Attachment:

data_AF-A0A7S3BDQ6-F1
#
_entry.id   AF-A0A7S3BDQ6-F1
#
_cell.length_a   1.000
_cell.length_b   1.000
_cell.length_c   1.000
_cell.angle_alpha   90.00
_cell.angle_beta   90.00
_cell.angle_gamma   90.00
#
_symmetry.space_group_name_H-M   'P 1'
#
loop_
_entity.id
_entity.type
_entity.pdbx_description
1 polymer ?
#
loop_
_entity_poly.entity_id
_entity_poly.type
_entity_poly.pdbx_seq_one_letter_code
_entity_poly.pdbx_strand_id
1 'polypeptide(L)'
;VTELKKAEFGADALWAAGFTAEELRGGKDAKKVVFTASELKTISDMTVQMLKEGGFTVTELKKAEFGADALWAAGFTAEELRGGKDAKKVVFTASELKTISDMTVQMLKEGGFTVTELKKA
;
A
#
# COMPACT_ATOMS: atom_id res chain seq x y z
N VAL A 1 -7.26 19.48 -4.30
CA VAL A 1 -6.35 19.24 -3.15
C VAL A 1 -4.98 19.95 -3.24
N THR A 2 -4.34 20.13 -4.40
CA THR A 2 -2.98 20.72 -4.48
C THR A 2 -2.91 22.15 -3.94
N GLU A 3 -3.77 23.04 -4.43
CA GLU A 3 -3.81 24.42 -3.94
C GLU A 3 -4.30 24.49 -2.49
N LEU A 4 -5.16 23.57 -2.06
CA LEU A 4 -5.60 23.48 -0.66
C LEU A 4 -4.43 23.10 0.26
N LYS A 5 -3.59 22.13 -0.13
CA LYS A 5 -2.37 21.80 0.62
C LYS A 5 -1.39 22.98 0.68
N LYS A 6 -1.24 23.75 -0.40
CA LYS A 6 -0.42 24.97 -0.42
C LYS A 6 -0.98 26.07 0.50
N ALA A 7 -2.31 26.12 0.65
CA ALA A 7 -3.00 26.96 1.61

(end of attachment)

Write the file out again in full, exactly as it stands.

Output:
data_AF-A0A7S3BDQ6-F1
#
_entry.id   AF-A0A7S3BDQ6-F1
#
_cell.length_a   1.000
_cell.length_b   1.000
_cell.length_c   1.000
_cell.angle_alpha   90.00
_cell.angle_beta   90.00
_cell.angle_gamma   90.00
#
_symmetry.space_group_name_H-M   'P 1'
#
loop_
_entity.id
_entity.type
_entity.pdbx_description
1 polymer ?
#
loop_
_entity_poly.entity_id
_entity_poly.type
_entity_poly.pdbx_seq_one_letter_code
_entity_poly.pdbx_strand_id
1 'polypeptide(L)'
;VTELKKAEFGADALWAAGFTAEELRGGKDAKKVVFTASELKTISDMTVQMLKEGGFTVTELKKAEFGADALWAAGFTAEELRGGKDAKKVVFTASELKTISDMTVQMLKEGGFTVTELKKA
;
A
#
# COMPACT_ATOMS: atom_id res chain seq x y z
N VAL A 1 -7.26 19.48 -4.30
CA VAL A 1 -6.35 19.24 -3.15
C VAL A 1 -4.98 19.95 -3.24
N THR A 2 -4.34 20.13 -4.40
CA THR A 2 -2.98 20.72 -4.48
C THR A 2 -2.91 22.15 -3.94
N GLU A 3 -3.77 23.04 -4.43
CA GLU A 3 -3.81 24.42 -3.94
C GLU A 3 -4.30 24.49 -2.49
N LEU A 4 -5.16 23.57 -2.06
CA LEU A 4 -5.60 23.48 -0.66
C LEU A 4 -4.43 23.10 0.26
N LYS A 5 -3.59 22.13 -0.13
CA LYS A 5 -2.37 21.80 0.62
C LYS A 5 -1.39 22.98 0.68
N LYS A 6 -1.24 23.75 -0.40
CA LYS A 6 -0.42 24.97 -0.42
C LYS A 6 -0.98 26.07 0.50
N ALA A 7 -2.31 26.12 0.65
CA ALA A 7 -3.00 26.96 1.61